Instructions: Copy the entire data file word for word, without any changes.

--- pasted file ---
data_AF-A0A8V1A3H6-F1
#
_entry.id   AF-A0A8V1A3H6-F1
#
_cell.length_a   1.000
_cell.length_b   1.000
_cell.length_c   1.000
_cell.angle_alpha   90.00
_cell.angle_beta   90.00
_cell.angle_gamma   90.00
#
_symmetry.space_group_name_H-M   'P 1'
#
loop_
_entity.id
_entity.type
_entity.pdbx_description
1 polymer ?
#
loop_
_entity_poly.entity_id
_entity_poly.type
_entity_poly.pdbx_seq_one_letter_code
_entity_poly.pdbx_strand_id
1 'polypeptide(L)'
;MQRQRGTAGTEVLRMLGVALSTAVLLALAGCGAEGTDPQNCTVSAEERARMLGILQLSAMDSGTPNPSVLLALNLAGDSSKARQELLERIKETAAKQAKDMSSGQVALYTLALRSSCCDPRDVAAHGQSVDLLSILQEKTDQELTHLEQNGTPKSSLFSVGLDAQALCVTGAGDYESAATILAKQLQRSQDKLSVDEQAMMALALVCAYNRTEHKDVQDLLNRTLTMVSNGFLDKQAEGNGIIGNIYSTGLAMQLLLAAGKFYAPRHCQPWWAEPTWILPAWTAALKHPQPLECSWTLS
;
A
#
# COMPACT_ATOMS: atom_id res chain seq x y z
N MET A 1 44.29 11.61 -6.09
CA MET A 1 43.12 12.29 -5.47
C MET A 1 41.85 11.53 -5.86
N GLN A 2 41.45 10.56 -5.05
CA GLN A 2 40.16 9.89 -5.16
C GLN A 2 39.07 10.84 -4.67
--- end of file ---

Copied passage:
data_AF-A0A8V1A3H6-F1
#
_entry.id   AF-A0A8V1A3H6-F1
#
_cell.length_a   1.000
_cell.length_b   1.000
_cell.length_c   1.000
_cell.angle_alpha   90.00
_cell.angle_beta   90.00
_cell.angle_gamma   90.00
#
_symmetry.space_group_name_H-M   'P 1'
#
loop_
_entity.id
_entity.type
_entity.pdbx_description
1 polymer ?
#
loop_
_entity_poly.entity_id
_entity_poly.type
_entity_poly.pdbx_seq_one_letter_code
_entity_poly.pdbx_strand_id
1 'polypeptide(L)'
;MQRQRGTAGTEVLRMLGVALSTAVLLALAGCGAEGTDPQNCTVSAEERARMLGILQLSAMDSGTPNPSVLLALNLAGDSSKARQELLERIKETAAKQAKDMSSGQVALYTLALRSSCCDPRDVAAHGQSVDLLSILQEKTDQELTHLEQNGTPKSSLFSVGLDAQALCVTGAGDYESAATILAKQLQRSQDKLSVDEQAMMALALVCAYNRTEHKDVQDLLNRTLTMVSNGFLDKQAEGNGIIGNIYSTGLAMQLLLAAGKFYAPRHCQPWWAEPTWILPAWTAALKHPQPLECSWTLS
;
A
#
# COMPACT_ATOMS: atom_id res chain seq x y z
N MET A 1 44.29 11.61 -6.09
CA MET A 1 43.12 12.29 -5.47
C MET A 1 41.85 11.53 -5.86
N GLN A 2 41.45 10.56 -5.05
CA GLN A 2 40.16 9.89 -5.16
C GLN A 2 39.07 10.84 -4.67